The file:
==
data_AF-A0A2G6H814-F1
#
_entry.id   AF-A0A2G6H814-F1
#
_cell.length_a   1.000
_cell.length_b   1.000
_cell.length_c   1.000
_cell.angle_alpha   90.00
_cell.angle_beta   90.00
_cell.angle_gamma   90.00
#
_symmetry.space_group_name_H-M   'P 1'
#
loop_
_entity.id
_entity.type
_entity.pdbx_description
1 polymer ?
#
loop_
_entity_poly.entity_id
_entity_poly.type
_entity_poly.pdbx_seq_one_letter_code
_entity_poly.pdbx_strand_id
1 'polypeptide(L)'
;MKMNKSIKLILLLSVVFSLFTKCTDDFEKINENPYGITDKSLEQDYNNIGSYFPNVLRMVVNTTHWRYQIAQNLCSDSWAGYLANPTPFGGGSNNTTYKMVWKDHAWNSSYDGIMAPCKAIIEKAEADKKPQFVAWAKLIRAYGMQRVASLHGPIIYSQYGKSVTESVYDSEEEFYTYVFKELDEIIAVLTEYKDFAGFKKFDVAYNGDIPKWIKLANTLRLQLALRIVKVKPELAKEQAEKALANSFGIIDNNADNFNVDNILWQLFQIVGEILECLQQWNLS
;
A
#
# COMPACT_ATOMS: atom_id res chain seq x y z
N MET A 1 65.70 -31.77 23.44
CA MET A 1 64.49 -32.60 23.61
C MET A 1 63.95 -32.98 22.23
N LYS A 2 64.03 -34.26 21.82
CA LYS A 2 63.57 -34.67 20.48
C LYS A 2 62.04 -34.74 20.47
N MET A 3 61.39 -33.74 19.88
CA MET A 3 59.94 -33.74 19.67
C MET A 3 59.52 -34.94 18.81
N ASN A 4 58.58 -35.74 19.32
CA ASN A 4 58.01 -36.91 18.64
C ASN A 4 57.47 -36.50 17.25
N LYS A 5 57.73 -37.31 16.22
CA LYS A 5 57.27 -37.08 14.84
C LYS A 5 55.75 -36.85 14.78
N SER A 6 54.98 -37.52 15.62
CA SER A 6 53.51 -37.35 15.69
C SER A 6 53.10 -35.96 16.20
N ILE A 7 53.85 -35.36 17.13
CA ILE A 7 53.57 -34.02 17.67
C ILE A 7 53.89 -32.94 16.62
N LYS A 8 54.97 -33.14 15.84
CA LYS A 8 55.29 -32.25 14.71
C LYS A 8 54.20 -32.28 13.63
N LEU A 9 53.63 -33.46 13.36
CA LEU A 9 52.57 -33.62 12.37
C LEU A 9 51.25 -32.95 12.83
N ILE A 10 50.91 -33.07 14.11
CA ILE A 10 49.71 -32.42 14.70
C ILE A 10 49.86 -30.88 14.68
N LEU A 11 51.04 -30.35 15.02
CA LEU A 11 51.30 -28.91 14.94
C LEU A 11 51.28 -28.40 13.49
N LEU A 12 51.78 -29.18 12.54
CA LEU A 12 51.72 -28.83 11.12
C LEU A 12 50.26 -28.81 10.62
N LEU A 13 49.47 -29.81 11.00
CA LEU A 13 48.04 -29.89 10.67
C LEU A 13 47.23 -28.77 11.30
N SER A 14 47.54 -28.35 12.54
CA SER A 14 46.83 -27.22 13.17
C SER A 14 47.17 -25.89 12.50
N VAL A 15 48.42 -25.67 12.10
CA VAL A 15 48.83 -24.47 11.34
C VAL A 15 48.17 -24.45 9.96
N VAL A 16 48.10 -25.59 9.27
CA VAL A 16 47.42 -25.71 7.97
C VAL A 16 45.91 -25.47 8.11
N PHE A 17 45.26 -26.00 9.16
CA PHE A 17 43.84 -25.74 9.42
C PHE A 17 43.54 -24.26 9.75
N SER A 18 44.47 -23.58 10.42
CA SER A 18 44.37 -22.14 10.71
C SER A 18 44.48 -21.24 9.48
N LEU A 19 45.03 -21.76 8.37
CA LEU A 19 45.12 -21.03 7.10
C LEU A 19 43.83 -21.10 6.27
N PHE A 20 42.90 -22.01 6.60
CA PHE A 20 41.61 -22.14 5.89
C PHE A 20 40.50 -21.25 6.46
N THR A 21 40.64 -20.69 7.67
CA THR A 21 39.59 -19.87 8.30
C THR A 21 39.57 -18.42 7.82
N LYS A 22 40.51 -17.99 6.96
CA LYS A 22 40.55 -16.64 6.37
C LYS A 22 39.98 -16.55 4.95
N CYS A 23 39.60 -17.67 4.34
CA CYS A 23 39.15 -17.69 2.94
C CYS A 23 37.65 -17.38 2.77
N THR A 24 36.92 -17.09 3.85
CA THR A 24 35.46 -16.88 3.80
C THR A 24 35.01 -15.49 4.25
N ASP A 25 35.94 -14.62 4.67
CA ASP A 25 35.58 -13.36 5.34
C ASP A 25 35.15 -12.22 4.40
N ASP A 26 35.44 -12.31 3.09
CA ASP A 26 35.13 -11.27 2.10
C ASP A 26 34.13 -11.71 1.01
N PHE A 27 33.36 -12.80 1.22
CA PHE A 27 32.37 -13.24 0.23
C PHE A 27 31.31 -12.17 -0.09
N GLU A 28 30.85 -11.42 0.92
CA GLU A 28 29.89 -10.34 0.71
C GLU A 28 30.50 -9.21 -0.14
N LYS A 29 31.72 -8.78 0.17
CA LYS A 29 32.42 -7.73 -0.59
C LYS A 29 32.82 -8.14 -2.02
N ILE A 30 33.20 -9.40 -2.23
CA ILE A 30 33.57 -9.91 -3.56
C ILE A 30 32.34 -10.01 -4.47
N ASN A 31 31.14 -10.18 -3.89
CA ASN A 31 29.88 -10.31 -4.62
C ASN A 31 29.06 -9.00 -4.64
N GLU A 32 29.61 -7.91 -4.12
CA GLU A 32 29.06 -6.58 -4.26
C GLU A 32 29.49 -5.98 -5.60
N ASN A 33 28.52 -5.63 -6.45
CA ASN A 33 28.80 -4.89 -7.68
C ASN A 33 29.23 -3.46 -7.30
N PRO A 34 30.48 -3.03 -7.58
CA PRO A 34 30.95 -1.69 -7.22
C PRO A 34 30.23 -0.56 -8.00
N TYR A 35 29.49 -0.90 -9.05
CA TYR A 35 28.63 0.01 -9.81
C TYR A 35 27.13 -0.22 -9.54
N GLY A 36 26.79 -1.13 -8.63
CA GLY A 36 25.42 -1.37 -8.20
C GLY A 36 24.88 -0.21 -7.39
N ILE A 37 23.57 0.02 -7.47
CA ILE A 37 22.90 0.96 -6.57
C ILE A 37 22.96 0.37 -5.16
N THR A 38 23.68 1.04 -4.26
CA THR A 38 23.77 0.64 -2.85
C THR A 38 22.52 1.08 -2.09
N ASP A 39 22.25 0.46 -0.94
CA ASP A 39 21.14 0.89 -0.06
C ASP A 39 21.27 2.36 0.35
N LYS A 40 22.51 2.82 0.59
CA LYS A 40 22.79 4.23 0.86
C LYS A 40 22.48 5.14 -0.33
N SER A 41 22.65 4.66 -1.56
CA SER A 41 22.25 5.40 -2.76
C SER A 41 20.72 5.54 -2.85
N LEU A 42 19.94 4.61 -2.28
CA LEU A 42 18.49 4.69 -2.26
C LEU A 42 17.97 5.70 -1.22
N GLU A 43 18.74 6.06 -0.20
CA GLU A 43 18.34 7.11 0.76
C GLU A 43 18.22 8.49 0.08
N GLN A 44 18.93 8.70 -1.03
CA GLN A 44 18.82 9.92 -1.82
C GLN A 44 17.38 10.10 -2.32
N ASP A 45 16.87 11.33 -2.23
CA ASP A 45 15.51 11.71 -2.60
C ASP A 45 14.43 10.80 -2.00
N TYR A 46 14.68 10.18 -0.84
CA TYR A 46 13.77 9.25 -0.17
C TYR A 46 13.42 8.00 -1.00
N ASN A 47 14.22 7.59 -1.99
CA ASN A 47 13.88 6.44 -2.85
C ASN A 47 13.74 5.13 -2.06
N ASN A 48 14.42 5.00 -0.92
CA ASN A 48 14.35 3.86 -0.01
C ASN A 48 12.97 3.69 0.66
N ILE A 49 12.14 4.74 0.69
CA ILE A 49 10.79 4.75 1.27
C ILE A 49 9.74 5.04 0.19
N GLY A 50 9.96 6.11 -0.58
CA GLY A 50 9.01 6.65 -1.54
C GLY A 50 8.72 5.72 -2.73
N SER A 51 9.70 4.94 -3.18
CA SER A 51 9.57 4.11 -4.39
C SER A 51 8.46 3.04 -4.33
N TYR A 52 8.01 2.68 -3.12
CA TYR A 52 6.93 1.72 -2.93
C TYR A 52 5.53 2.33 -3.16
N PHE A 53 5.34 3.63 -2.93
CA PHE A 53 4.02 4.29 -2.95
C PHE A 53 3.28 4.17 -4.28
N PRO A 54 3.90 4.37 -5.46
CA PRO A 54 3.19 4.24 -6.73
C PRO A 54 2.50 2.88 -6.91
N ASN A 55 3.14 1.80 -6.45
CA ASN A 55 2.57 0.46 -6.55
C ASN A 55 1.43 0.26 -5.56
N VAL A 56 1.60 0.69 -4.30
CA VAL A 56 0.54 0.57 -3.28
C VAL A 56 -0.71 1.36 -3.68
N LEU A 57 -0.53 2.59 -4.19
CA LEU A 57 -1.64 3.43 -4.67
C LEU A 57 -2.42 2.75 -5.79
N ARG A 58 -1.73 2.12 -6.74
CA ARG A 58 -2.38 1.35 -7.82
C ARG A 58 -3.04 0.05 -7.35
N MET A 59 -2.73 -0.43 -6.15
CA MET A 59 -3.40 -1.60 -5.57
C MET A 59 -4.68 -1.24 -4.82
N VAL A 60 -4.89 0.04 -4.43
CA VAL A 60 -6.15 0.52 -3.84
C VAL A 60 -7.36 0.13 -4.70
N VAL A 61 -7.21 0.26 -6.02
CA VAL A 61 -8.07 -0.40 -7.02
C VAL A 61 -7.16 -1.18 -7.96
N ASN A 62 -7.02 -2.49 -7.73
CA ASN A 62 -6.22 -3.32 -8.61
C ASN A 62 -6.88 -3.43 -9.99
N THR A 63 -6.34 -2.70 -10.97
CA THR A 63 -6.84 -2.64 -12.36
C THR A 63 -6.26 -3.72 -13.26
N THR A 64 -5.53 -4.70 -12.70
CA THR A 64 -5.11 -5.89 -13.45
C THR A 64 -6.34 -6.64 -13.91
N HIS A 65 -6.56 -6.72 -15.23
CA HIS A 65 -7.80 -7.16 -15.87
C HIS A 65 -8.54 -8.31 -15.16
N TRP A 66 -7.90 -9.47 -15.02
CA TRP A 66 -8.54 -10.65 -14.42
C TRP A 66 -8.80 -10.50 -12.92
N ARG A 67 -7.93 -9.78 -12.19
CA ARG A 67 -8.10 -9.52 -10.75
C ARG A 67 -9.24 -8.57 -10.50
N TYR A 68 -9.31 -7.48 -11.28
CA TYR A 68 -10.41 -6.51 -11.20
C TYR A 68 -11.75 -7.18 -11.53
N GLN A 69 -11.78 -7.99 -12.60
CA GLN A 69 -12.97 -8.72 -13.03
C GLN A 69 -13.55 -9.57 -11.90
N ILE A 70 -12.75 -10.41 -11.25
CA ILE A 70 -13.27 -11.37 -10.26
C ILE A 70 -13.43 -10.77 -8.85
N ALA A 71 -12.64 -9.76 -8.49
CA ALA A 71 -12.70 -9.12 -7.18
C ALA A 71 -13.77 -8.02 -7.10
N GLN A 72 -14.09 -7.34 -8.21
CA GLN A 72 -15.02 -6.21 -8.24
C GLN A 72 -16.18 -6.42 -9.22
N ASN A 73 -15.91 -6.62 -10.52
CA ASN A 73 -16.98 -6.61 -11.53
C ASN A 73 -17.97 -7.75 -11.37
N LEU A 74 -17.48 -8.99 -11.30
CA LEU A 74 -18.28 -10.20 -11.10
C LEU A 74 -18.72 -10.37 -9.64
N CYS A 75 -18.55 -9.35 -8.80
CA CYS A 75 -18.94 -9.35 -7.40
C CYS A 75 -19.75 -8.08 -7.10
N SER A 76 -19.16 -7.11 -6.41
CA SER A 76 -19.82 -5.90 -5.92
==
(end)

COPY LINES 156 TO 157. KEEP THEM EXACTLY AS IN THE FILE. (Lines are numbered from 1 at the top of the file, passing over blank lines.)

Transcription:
C LEU A 42 17.97 5.70 -1.22
N GLU A 43 18.74 6.06 -0.20